-Olga:  What is your opinion about the government and the political situation that Venezuela has been experiencing for more than 10 years?

-Michelle: My opinion, is that Venezuela is experiencing a very hard political situation due to the fact that it has a very corrupt government. The Government that has been in place for more than ten years has caused that Venezuela is seen in the International Community as kind of a “joke” Government, because when the president stands up in front of the UN General Assembly and starts talking about how the devil has been there and “it still smells like sulfur” when referring to another head of state, it gives not only the government or in these case the president and bad name but it also gives the country as a whole a horrible reputation.

 

 -Olga: Is your political tendency in favor or against the current government?

– Michelle: I’m against the current government as well as my whole family

 

-Olga: Do you believe that the increase of corruption and violence that the country is experiencing could change in a near future?

-Michelle: Honestly, it saddens me to say that I believe that it could change but for the worse. The country is in such a horrible state that the citizens are getting used to the violence and the corruption saying things like “well it was only a watch” when it gets stolen. It breaks my heart to know that this situation is only going to get worse; when your government is as corrupt as the one Venezuela has you can only expect bad things to happen to the country.

 

-Olga:  What is your personal opinion on the nationalization of companies done by Chavez?

-Michelle: Personally, and this is a very touchy topic with me because I have personal experience with this process, I hate what he has done too many companies. A lot of people have worked really hard to get there companies to be as prosperous as they were and he just comes and takes them and gives them to people that don’t even know how to work most of the machines nor manage the company. His whole skim is take from the “rich” and give to the “poor” but what he does not understand is that does “rich” people as he calls them have works hard for what they have and he just takes that away. MAKE ABSOLUTELY NO SENSE.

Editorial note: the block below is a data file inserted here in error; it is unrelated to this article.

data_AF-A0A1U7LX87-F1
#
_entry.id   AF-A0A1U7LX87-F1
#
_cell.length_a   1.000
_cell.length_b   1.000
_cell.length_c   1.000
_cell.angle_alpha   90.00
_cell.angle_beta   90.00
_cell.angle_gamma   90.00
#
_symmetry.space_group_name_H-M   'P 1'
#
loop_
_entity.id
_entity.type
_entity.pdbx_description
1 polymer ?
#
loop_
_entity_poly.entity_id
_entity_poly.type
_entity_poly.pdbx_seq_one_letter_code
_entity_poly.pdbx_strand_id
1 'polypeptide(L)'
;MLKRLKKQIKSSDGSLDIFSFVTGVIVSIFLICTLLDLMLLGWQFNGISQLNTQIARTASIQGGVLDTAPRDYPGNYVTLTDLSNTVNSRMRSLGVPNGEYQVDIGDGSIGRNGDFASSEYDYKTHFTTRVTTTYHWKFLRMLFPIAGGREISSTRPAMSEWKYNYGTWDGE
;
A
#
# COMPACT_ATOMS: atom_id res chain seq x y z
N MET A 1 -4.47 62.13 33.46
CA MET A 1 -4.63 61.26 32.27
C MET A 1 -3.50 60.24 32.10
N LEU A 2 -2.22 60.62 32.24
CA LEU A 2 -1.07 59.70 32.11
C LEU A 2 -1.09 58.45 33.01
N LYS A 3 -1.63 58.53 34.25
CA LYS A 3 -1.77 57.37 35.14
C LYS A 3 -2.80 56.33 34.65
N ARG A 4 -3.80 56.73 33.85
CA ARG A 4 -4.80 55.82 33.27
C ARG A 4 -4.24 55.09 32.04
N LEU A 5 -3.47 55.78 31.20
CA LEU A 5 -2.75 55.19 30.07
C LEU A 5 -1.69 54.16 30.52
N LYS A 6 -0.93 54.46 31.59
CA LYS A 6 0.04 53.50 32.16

-Olga: Due to the fact that this year is election year in Venezuela, who do you believe is going to win and why?

-Michelle: Well I would hope that Henrique Capriles Radonski who won the primaries wins, but I think that Chavez will win once again. He has this way of making even “SUPERMAN” vote for him, and I believe that if he cheats again as he has done in previous years he will win.

 

-Olga: From your experience how do you think that the situation in Venezuela has led to the increase in immigration of Venezuelans to other countries?

-Michelle: From my experience and from the ones of my family members I can say that the political situation is the mayor source of immigration out of Venezuela. People are tired of leaving in danger and fear and if they have the opportunity they usually leave. During the early 2000 the first wave of immigrants started to leave the country to go to the USA or come to Europe but the big wave was during 2004-05 after the national strike were a lot of the elites realized that there was no way out of the hole the country was in.

 

-Olga: After being out of the country for so long and taking into account the political situation the country is in, have you ever wanted to go back?

-Michelle: Of course, above all the problems that the country is in and the horrible situation is facing is my country, were most of my family still lives and most important were my parents meet, got married and had me.. For me it will always be my home land. But saying that I would love to go back, and I have, but just to visit. Living in the USA and in Spain and being raised by my parents have taught me that the way most people leave in Venezuela with fear and no freedom what so ever of speech is no way to live. So I guess the answer is yes and no… Yes, I would love to go back to my country but only to visit not lo live at least not only the situation is taken care of.

 

-Olga: In relation with the previous statement has your perspective about Venezuela changed? This means now that you don’t leave there do you view the country different or in what way do you see it?

-Michelle: I think now I have a very different perspective because I mostly talk about the things my family tells me are happening or what I hear on the news. I’m not there so I don’t really experience it firsthand. but I know that what is happening inside the country is wrong because I’ve lived in places where things are done the right way and is not the way it’s done in Venezuela so it just frustrates me even more knowing that I can’t do anything to change it and that there’s people that still live in those conditions without any way out.

 

-Olga: Having lived in Venezuela and viewing the whole situation do you believe the countries situation has changed? Has it gotten better or worse?

-Michelle: I believe the situation has gotten worst with the years. There has been a huge increase in crime and corruption (If I’m not mistaken we are one of the most corrupt countries in the world) as well as a huge increase of immigration to other countries. I think only this shows that people are not happy with the country and want a way out…

 

-Olga: Thank you very much for your time.

-Michelle: My pleasure.